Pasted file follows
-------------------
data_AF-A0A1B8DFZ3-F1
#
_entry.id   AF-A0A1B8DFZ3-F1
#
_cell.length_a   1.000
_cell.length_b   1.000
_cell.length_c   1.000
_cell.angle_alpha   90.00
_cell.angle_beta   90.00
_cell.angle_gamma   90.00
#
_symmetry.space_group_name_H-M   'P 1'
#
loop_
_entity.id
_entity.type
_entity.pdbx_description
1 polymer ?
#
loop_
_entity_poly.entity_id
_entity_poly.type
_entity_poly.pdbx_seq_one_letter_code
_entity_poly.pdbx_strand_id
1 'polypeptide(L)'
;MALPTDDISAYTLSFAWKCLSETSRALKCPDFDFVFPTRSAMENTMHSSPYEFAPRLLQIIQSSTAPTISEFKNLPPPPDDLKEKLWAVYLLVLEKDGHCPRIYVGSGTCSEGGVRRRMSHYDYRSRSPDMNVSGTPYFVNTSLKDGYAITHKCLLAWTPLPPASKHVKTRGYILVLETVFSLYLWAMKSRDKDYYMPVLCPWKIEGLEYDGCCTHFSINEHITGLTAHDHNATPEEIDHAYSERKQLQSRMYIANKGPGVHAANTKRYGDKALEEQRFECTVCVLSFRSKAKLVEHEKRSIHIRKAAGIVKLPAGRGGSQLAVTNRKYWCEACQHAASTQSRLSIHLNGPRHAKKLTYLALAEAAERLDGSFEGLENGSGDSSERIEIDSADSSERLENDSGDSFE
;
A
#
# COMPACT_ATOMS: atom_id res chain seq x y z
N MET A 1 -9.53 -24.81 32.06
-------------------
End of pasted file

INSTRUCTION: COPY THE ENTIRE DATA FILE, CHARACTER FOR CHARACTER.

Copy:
data_AF-A0A1B8DFZ3-F1
#
_entry.id   AF-A0A1B8DFZ3-F1
#
_cell.length_a   1.000
_cell.length_b   1.000
_cell.length_c   1.000
_cell.angle_alpha   90.00
_cell.angle_beta   90.00
_cell.angle_gamma   90.00
#
_symmetry.space_group_name_H-M   'P 1'
#
loop_
_entity.id
_entity.type
_entity.pdbx_description
1 polymer ?
#
loop_
_entity_poly.entity_id
_entity_poly.type
_entity_poly.pdbx_seq_one_letter_code
_entity_poly.pdbx_strand_id
1 'polypeptide(L)'
;MALPTDDISAYTLSFAWKCLSETSRALKCPDFDFVFPTRSAMENTMHSSPYEFAPRLLQIIQSSTAPTISEFKNLPPPPDDLKEKLWAVYLLVLEKDGHCPRIYVGSGTCSEGGVRRRMSHYDYRSRSPDMNVSGTPYFVNTSLKDGYAITHKCLLAWTPLPPASKHVKTRGYILVLETVFSLYLWAMKSRDKDYYMPVLCPWKIEGLEYDGCCTHFSINEHITGLTAHDHNATPEEIDHAYSERKQLQSRMYIANKGPGVHAANTKRYGDKALEEQRFECTVCVLSFRSKAKLVEHEKRSIHIRKAAGIVKLPAGRGGSQLAVTNRKYWCEACQHAASTQSRLSIHLNGPRHAKKLTYLALAEAAERLDGSFEGLENGSGDSSERIEIDSADSSERLENDSGDSFE
;
A
#
# COMPACT_ATOMS: atom_id res chain seq x y z
N MET A 1 -9.53 -24.81 32.06